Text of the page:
Understanding Trauma Care For Tiger — And the Rest Of Us

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Professional golfer Tiger Woods swings a golf club.

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Few motor vehicle collisions attract the level of media coverage of Tiger Woods’ recent rollover car crash. Of course, the vast majority of trauma incidents don’t involve celebrities. Certainly not five-time winners of the Masters.

Yet, the level of coordinated trauma care that Woods received — from the scene to the trauma center — is widely available to you, even if you’re only aspiring to or dreaming of A-list status. To help walk you through what’s involved in trauma care, Premier Health Now reached out to Randy Marriott, MD, board-certified emergency physician and medical director of the Premier Health EMS Center of Excellence. He also helped us understand the value of Level I trauma centers, like Miami Valley Hospital’s.

At the Trauma Scene

First responders — fire and EMS — start by assessing scene safety, Dr. Marriott says. In the case of vehicle crashes, for instance, they look for spilled fuel and make certain the vehicles are stable before rescuing patients. “They do not want that car moving, potentially falling on a rescuer, potentially turning over and jarring the victim and extending their injuries.”

Once reaching a patient, they immediately begin assessing the extent of injuries. According to news reports, Woods responded verbally to his rescuers. A good sign, which indicated his airway was intact and he was conscious, Marriott says.

Dr. Marriott adds that EMS personnel are trained to:

  • Not get distracted by the sight of obvious, visible injuries, like Woods’ open leg fractures, and “miss the more subtle and concealed, yet life-threatening injuries. A collision like that, with that amount of damage, has the potential to cause life-threatening injuries, to the chest, the abdomen, inside the head, the pelvis.”
  • “Maintain an order of priority (in assessing and treating patients): the airway, the breathing, the circulation, the disability, meaning neurologic problems. They expose patients, meaning they get them undressed, to look for concealed injuries.”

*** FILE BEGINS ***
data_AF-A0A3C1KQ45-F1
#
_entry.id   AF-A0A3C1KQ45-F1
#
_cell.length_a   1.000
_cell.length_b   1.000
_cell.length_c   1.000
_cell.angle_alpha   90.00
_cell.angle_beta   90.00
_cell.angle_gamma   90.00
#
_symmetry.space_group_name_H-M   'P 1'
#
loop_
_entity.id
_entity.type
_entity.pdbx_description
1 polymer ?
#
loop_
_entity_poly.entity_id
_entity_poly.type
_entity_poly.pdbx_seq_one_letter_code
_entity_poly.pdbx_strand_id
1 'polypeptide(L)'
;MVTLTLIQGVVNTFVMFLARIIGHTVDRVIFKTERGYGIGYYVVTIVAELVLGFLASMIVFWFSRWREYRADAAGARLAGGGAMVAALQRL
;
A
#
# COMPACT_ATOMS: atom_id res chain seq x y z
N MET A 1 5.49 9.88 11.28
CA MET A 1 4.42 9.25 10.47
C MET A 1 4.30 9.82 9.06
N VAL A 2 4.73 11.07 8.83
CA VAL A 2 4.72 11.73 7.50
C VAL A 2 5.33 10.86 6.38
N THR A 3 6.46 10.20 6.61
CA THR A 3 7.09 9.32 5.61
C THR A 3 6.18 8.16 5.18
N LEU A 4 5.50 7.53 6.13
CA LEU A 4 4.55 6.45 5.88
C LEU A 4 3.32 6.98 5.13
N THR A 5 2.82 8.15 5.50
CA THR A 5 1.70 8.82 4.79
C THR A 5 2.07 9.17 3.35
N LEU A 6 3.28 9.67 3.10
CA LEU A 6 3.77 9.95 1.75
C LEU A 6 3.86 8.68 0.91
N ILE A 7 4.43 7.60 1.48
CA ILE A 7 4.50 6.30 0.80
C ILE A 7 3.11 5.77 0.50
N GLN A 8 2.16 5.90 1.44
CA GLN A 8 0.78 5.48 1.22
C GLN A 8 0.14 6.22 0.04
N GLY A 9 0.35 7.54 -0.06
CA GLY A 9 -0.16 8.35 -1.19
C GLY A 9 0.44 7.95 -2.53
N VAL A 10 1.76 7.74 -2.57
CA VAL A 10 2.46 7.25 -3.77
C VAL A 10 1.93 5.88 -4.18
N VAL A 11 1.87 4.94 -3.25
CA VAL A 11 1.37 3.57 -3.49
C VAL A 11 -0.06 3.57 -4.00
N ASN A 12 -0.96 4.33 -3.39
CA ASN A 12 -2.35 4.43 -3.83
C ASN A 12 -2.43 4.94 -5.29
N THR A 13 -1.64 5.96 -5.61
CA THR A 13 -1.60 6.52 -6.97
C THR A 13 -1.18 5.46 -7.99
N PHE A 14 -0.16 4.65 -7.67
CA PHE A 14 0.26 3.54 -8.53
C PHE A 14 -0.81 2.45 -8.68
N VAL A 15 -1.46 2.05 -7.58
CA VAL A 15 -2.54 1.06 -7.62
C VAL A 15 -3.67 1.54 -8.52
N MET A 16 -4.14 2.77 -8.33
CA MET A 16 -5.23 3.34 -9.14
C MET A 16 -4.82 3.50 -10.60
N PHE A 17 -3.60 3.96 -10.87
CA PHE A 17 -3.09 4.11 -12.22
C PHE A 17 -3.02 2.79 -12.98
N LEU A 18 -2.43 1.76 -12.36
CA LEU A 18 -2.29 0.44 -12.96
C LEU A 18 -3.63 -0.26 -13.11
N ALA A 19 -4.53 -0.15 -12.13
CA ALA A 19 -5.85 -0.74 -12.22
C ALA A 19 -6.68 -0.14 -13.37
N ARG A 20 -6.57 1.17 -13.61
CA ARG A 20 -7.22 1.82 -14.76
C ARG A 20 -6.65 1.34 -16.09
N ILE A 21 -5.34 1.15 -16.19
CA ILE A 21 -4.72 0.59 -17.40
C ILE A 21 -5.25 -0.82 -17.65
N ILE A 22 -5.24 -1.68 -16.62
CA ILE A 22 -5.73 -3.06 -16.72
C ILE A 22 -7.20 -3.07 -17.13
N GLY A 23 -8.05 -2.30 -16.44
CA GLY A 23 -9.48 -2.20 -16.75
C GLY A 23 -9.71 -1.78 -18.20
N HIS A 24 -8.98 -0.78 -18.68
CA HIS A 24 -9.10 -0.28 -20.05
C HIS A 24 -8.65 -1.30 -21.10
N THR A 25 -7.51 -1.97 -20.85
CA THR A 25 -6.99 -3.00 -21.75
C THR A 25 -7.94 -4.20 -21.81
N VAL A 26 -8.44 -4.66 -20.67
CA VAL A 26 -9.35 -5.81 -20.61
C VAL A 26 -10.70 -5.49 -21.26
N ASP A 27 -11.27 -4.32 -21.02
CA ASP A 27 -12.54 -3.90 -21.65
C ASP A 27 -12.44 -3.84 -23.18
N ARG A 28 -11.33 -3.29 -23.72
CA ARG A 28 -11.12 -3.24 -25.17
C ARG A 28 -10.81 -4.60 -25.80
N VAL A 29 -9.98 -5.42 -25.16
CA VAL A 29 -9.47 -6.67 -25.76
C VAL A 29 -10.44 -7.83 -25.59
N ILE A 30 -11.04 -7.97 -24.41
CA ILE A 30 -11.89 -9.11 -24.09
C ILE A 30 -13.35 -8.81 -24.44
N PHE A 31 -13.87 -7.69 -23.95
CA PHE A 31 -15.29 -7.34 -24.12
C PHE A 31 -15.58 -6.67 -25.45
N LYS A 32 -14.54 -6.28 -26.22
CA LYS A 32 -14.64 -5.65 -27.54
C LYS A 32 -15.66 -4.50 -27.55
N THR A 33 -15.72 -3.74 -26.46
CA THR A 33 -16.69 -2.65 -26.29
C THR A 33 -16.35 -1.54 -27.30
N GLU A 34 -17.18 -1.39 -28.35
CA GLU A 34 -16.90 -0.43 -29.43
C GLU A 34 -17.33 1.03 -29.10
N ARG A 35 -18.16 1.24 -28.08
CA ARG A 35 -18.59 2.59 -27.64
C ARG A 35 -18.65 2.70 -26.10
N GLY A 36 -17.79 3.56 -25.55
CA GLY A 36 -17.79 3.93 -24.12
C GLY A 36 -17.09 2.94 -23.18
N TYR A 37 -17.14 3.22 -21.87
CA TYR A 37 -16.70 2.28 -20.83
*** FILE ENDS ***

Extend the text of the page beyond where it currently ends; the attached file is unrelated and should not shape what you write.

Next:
• Look for and stop obvious bleeding. Use of tourniquets to control bleeding has become a standard EMS practice in the last 10 to 15 years. Thanks for that goes to lessons learned by the armed services: that “uncontrolled extremity bleeding was the leading cause of preventable death in combat.”
  • Stabilize the patient for transport to the trauma center. This may involve using devices such as vacuum splints, which keep broken limbs in place when air is extracted to form a vacuum.

Notifying the Trauma Center

EMS providers work quickly to radio to the trauma center, as soon as possible, an accurate assessment of each patient’s injuries.

That alerts the trauma center to activate the necessary trauma specialists and resources for each patient.

“Someone with injuries like Tiger would want to get to the highest level of trauma center – Level I,” Dr. Marriott says.

In remote, rural areas that might require transfer from a community hospital to a trauma center, or weather permitting, air medical transport from the scene.

The Value Of a Level I Trauma Center

In some cases, lower level trauma centers may have the necessary specialists and resources available to care for a trauma patient’s specific injuries.

But Level I trauma centers, says Dr. Marriott, have all the specialists and resources, like orthopedic trauma surgeons, necessary for treating complex orthopedic injuries, as well as “multi-system trauma,” such as head and spinal injuries.  Multi-system injuries “increase the probability a patient needs the higher level of trauma center.”

Complex bone fractures often involve injury to blood vessels and nerves, requiring additional surgical specialists, like vascular surgeons, as well as technology and radiologists skilled in interpreting images of damaged blood vessels, Dr. Marriott adds.

“A good outcome for the patient doesn’t stop with the initial evaluation and surgery and subsequent surgeries,” he says. Level I trauma centers also are staffed by “skilled therapists and rehab specialists who can help to bring about a good outcome.

“An athlete at Tiger Woods’ level is going to receive the best available rehab, I’m sure. But anyone, regardless of their activity level, is going to get advanced rehab care through a Level I trauma center.”

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William Marriott, MD

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